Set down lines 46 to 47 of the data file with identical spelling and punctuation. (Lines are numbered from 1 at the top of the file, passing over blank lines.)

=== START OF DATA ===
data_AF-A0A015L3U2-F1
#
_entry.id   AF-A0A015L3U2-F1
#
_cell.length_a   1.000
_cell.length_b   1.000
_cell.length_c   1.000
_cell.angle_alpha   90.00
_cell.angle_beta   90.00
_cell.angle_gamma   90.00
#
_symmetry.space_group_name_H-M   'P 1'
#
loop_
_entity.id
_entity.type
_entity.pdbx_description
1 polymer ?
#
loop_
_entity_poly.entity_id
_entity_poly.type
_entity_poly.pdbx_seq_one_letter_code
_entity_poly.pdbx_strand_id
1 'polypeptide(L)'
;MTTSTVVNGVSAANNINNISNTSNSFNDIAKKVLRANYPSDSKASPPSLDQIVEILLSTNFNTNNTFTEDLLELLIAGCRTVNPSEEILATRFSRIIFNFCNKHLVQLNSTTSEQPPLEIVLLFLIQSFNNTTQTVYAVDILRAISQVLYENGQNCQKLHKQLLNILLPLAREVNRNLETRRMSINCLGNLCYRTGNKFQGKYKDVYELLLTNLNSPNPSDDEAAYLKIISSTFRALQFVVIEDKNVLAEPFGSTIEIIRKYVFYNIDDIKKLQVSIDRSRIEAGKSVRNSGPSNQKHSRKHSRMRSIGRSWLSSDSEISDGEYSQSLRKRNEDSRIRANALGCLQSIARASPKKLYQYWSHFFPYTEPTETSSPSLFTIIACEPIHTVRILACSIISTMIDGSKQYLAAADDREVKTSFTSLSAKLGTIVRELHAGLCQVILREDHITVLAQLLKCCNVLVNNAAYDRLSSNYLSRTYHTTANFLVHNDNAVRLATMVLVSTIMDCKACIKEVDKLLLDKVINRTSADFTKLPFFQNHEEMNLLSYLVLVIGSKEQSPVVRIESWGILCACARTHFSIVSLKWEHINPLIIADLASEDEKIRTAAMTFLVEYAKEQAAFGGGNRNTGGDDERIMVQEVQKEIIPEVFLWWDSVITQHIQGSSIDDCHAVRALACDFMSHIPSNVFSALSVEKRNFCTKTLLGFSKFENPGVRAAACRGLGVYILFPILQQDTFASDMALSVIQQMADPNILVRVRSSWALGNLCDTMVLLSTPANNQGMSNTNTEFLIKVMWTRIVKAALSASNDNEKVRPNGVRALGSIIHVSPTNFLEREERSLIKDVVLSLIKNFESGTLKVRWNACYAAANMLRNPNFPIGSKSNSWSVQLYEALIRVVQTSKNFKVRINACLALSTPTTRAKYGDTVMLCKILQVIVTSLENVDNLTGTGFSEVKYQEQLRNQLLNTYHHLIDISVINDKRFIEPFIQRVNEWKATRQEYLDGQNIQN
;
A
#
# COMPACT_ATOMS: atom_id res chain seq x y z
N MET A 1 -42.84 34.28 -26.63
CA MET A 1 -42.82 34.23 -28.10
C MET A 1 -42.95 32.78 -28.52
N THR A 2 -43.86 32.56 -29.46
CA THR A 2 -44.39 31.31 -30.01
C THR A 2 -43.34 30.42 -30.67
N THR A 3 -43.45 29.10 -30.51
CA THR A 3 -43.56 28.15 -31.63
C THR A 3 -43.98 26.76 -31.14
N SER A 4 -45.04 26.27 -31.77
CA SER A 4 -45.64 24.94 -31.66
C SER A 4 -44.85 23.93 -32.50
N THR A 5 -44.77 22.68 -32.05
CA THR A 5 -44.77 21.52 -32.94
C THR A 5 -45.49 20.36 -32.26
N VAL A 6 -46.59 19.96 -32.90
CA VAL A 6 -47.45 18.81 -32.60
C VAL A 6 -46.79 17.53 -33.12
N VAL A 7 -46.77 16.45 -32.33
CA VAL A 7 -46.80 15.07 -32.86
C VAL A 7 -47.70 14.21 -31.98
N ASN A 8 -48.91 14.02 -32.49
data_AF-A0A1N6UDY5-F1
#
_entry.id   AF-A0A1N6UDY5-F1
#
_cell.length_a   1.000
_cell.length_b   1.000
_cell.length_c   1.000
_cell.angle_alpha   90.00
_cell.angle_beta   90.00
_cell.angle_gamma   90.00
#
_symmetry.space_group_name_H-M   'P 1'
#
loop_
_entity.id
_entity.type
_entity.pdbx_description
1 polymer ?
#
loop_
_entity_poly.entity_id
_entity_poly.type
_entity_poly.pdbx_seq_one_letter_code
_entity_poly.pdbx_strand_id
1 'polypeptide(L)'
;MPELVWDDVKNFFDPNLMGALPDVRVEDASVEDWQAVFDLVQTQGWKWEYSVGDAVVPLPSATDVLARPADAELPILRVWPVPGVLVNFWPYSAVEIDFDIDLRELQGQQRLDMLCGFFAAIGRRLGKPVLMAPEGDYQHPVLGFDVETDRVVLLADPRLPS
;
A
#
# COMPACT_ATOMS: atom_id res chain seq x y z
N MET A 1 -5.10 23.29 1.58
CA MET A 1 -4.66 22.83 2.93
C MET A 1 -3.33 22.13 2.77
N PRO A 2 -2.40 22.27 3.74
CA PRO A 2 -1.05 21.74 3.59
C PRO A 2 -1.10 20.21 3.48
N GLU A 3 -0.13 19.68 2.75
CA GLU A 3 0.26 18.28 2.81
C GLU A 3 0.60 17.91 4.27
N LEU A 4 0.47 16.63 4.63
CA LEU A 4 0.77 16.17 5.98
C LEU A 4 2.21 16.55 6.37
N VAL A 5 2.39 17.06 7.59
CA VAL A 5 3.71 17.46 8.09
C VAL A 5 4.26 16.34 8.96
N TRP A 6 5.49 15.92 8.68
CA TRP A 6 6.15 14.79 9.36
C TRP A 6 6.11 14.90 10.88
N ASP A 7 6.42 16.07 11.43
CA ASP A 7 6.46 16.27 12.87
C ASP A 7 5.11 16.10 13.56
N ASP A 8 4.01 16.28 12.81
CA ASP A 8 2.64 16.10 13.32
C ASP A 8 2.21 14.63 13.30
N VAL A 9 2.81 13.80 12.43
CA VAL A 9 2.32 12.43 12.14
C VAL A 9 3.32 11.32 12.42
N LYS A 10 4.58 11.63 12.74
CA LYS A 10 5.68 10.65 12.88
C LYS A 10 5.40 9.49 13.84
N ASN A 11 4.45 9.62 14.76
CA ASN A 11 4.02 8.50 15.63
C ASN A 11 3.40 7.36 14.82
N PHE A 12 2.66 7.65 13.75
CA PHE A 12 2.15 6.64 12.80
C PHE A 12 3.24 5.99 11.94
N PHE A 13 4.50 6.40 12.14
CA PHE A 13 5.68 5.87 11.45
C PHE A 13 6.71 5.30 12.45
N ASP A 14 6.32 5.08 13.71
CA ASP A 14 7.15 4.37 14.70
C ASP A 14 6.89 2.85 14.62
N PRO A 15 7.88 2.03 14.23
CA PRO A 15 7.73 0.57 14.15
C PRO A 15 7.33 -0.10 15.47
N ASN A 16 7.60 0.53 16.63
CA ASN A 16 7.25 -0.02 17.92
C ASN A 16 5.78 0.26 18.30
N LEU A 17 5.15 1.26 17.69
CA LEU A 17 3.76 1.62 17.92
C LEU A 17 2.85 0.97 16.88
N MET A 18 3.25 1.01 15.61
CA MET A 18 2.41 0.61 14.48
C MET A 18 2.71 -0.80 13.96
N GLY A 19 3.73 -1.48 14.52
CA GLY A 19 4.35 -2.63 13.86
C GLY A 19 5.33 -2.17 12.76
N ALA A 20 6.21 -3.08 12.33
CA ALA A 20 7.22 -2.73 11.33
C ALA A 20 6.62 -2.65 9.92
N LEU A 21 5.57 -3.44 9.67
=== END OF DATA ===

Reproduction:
N VAL A 6 -46.59 19.96 -32.90
CA VAL A 6 -47.45 18.81 -32.60